Relaymedia

China Rejects Tainted U.S. food

( [email protected] ) Jun 26, 2007 10:38 AM EDT

BEIJING - Chinese inspectors have seized shipments of U.S.-made orange pulp and dried apricots containing high levels of bacteria and preservatives, the government said Tuesday.

The move appeared to be the latest attempt by China to show it is not the only country with food export safety problems.

Local departments have been ordered "to strengthen quarantine and inspections on food imports from America," according to a notice announcing the seizures posted on the Web site of the General Administration of Quality Supervision, Inspection and Quarantine, China's main food safety monitor.

Importers have been asked to "make sure that food safety requirements are met in contracts when importing U.S. food so that trade risks are lowered," the notice said.

The orange pulp and apricots were seized in the eastern province of Shandong and the southern boomtown of Shenzhen, the notice said.

The pulp, from the Modern Skill Co. Ltd., and the fruit from Vacaville, California-based Mariani Packing Company Inc., contained "excessive bacteria, mold and sulfur dioxide," the notice said without elaborating.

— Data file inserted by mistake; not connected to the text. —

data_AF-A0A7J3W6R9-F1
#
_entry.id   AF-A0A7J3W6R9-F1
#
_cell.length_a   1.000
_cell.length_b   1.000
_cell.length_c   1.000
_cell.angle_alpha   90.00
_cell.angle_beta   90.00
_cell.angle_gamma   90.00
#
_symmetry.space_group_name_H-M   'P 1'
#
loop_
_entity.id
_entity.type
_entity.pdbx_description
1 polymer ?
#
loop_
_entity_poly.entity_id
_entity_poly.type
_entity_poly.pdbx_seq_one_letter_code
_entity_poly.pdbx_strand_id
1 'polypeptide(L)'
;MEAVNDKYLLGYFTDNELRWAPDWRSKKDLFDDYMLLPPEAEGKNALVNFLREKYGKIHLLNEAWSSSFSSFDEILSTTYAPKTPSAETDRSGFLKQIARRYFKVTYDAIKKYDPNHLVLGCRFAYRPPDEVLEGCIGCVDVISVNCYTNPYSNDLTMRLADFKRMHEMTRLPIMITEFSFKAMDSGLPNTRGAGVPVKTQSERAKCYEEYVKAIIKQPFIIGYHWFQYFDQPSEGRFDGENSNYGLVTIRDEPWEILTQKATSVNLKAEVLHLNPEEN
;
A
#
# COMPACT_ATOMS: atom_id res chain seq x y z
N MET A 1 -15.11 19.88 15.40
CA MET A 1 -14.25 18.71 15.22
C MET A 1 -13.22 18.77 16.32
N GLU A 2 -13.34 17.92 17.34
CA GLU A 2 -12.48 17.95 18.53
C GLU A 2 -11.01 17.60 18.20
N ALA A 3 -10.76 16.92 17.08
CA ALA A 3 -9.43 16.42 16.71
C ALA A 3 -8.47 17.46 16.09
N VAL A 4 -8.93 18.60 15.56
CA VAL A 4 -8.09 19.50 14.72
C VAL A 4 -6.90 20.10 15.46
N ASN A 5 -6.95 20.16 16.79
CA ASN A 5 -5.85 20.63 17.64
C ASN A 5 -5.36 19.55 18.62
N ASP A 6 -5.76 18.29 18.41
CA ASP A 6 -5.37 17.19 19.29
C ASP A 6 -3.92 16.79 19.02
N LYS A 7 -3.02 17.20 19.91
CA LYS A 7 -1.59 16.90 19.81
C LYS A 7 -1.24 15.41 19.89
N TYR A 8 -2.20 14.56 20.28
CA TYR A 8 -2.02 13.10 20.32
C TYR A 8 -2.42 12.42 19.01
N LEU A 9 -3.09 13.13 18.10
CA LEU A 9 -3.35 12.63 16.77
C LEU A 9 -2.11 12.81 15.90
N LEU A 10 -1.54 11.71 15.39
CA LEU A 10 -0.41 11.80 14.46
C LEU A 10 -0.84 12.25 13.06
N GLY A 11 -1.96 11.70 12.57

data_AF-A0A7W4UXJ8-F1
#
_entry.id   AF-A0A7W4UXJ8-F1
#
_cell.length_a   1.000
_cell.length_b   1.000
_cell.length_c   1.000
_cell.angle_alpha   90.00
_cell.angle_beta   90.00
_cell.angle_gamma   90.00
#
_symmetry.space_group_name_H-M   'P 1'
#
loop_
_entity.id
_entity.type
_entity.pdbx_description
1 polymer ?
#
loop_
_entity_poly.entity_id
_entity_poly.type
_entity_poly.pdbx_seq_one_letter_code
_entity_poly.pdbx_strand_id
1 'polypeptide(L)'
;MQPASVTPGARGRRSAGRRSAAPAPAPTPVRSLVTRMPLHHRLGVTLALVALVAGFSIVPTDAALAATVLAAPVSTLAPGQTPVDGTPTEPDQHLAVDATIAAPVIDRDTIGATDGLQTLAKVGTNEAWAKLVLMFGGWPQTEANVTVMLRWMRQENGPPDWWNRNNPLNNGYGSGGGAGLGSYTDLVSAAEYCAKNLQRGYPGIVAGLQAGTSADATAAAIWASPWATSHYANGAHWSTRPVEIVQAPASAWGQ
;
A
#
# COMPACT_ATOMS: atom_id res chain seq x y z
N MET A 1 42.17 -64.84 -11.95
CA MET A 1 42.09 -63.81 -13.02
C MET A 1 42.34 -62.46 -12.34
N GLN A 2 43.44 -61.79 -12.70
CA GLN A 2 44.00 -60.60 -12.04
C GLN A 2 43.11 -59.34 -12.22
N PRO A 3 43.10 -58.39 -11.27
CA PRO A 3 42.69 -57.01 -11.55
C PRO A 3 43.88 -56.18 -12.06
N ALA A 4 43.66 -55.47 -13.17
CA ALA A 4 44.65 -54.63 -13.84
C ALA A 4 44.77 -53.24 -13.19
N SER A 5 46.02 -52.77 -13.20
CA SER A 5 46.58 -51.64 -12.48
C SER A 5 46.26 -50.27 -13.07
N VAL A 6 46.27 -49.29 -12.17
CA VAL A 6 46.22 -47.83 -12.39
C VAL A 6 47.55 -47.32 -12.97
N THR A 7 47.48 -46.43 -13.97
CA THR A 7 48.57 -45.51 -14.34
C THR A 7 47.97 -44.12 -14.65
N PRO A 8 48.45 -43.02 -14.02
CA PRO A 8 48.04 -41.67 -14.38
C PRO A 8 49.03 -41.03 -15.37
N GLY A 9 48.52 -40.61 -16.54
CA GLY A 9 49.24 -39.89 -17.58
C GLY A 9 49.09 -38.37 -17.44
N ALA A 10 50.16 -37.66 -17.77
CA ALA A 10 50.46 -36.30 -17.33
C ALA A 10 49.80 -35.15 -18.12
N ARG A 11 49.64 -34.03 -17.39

It also did not give any details on when the seizures took place, how big the shipments were or in which city each shipment was seized.

The safety administration notice said the pulp was still being processed but that the apricots had been destroyed. Sulfur dioxide is sometimes used as a preservative in dried fruit.

A man who answered the telephone at the safety administration said he had no more details beyond what was on the Web site.

A security guard who answered the phone at Mariani Packing said the office was closed and there was no immediate response to messages left seeking comment.

In recent months, U.S. inspectors have banned or turned away a growing number of Chinese exports containing high levels of toxins or potentially deadly chemicals, including frozen fish, juice and toothpaste.

Seizures and public fears over the safety of Chinese food threaten billions of dollars worth of exports, prompting the government to emphasize that such problems are individual cases, not systemic, and that other countries have similar issues.

Safety officials have toughened standards and export controls, but also prominently announce rejections of imports, apparently to turn the tables on critics.

Earlier this month, inspectors in the ports of Ningbo and Shenzhen turned away or destroyed shipments of health supplements and raisins because they said the products did not meets safety standards.